- Fair Employment and Housing Act (FEHA) – covering physical and mental disabilities, pregnancy disabilities and other medical conditions, disability accommodation, medical examinations and drug and alcohol abuse
- California Family Rights Act (CFRA) – covering family and medical leaves
- California Occupational Health and Safety Act (Cal/OSHA) – covering workplace health and safety issues
- California’s Workers Compensation laws – covering illnesses and injuries arising in the course and scope of employment which are
- California’s “Kin Care” Leave (Labor Code, Section 233) – covering the use of sick leave to attend to illnesses of family members
- California’s Military Spouse Leave – covering time off for employees with spouses on leave from certain types of active military service
- California Confidentiality of Medical Information Act (CMIA) – covering the use, disclosure and protection of employee medical information
- Various other California leave laws relating to voting, child education and/or daycare, domestic violence and other court appearances and volunteer firefighters, reserve peace officers, civil air patrol and emergency rescue personnel
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How Do These Laws Impact the Employment Relationship?
As demonstrated, these laws impact a wide-range of issues involving the employment process and employment relationship, including:
- Examinations to determine whether applicants for employment will be able to satisfy the physical and mental demands of the jobs for which they are applying
- Other employment tests and evaluations to identify the candidates most likely to succeed in a given position
- Substance abuse testing
- Policies, procedures and documentation which reflect performance and productivity standards and expectations and demonstrate compliance with the various applicable laws and regulations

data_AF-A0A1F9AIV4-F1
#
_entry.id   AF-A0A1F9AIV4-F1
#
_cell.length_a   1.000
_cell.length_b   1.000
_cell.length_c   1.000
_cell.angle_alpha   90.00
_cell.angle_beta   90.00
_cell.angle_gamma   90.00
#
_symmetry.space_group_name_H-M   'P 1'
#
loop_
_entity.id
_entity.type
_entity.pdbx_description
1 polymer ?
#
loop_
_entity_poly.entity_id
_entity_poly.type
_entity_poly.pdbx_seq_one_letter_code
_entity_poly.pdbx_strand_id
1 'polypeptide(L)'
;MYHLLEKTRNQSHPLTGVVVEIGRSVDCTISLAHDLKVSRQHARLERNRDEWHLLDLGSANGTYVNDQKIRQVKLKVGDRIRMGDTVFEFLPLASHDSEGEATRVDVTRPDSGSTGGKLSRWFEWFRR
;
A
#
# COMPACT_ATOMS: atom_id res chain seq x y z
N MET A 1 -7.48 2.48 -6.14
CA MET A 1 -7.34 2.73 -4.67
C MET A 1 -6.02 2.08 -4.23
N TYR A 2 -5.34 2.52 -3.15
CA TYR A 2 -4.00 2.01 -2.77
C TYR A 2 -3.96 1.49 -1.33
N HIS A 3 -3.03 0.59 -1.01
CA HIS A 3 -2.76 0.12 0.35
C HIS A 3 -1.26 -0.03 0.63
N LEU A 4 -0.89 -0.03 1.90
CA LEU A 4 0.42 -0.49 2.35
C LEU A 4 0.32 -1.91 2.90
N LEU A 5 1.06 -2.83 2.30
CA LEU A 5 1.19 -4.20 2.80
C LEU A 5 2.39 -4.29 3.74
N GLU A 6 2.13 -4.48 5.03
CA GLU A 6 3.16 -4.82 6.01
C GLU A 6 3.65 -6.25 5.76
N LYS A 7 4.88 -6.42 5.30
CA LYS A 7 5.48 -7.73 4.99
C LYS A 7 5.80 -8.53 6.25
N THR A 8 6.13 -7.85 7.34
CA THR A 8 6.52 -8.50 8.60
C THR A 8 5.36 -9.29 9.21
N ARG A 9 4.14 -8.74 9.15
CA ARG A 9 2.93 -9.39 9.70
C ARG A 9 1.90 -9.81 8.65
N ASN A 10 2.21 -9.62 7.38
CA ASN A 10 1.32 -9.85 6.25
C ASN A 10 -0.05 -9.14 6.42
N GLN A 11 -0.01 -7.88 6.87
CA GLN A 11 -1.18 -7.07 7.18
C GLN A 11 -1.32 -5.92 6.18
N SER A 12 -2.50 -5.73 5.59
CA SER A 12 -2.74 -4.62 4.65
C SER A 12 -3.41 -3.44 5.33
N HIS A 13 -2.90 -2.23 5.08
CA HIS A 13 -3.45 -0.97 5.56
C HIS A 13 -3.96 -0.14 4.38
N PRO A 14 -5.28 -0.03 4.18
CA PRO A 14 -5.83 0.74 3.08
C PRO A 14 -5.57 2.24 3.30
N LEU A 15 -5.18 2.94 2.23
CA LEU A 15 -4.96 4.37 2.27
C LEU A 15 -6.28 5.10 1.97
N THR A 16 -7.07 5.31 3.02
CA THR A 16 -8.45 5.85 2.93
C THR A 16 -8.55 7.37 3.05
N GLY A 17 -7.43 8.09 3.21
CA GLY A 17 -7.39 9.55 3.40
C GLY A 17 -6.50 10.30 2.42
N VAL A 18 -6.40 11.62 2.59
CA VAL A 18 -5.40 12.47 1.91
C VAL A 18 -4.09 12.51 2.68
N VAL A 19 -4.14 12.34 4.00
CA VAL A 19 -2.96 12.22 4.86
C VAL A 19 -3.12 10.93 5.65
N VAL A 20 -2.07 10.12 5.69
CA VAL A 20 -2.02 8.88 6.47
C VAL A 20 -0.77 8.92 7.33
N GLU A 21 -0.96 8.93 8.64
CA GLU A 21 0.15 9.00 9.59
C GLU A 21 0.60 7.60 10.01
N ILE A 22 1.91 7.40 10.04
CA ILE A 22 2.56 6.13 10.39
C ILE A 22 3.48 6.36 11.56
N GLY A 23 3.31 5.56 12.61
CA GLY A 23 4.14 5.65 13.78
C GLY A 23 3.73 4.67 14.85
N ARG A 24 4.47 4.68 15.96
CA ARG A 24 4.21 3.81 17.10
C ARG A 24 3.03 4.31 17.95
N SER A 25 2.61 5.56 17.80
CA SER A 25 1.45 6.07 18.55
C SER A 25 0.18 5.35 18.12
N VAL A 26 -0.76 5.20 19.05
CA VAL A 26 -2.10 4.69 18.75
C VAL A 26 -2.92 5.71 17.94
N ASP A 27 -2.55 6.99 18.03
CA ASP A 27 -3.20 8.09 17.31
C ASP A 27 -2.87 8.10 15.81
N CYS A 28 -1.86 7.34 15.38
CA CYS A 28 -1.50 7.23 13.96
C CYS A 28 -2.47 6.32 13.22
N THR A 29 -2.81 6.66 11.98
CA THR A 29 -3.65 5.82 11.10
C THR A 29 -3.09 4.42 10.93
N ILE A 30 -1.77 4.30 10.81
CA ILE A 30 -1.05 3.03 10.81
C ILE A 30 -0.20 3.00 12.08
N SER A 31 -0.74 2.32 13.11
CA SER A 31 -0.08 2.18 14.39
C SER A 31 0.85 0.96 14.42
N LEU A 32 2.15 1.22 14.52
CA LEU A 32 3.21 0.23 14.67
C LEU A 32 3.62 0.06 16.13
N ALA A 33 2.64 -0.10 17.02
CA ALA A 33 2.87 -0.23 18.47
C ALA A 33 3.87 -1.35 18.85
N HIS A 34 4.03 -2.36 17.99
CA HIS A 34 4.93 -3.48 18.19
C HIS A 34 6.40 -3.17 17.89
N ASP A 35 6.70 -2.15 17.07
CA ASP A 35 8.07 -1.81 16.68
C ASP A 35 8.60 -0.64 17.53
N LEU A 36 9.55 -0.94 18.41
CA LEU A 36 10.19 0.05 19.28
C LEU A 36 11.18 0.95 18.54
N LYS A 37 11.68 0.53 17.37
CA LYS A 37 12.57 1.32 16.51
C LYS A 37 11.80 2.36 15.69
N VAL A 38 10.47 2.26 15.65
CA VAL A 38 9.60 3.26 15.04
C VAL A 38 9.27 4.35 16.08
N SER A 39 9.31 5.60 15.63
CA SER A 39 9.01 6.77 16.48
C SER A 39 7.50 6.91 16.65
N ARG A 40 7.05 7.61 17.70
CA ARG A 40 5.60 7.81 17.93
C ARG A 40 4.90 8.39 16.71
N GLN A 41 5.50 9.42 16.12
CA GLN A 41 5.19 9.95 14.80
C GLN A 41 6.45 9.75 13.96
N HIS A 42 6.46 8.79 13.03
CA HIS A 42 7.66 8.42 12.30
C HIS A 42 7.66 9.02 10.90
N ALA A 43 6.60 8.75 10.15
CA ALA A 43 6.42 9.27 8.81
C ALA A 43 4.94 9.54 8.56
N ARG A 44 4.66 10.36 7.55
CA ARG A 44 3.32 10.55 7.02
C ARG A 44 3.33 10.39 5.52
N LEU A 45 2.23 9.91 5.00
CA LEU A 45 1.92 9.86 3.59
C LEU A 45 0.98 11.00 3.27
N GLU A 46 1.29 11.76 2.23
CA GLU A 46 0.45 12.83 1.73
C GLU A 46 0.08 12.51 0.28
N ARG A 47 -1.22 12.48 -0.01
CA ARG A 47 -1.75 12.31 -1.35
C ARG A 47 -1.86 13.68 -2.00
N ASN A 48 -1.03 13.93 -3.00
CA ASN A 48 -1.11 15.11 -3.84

- Job descriptions
- Employee attendance and related issues
- Employee work related injuries and illnesses
- Employee non-work related injuries and illnesses
- Employees with physical or mental disabilities
- Employees who are caregivers or have caregiver responsibilities for family members
- Job accommodation and the “interactive process”, light duty work, return-to-work programs, fitness for duty evaluations
- Employees who are themselves members of the military or reserves
- Employees who have family members who are in the military or reserves
- Workplace “wellness programs”
- Workplace health and safety measures and programs
- Workplace security and violence
- Record maintenance and retention of medical and other private/protected information (e.g., reflected in or learned in connection with the results of medical examinations, substance abuse testing, employee “self-disclosure”, etc.)
- Training of management, supervisors and employees to understand how the above-referenced laws impact their respective rights, responsibilities and obligations in the various ways identified above
As a result of the foregoing, it is understandable why employers are often mystified and overwhelmed by laws covering workplace safety and the management of injuries and illnesses of their employees and family members. Likewise, it is understandable and perhaps inevitable that employers will not always be in full compliance with all of their obligations under these laws. To learn more about these topics, please click on the Practice Areas link.
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We Can Help Your Organization: Achieve Compliance, Implement Best Practices and Minimize Risk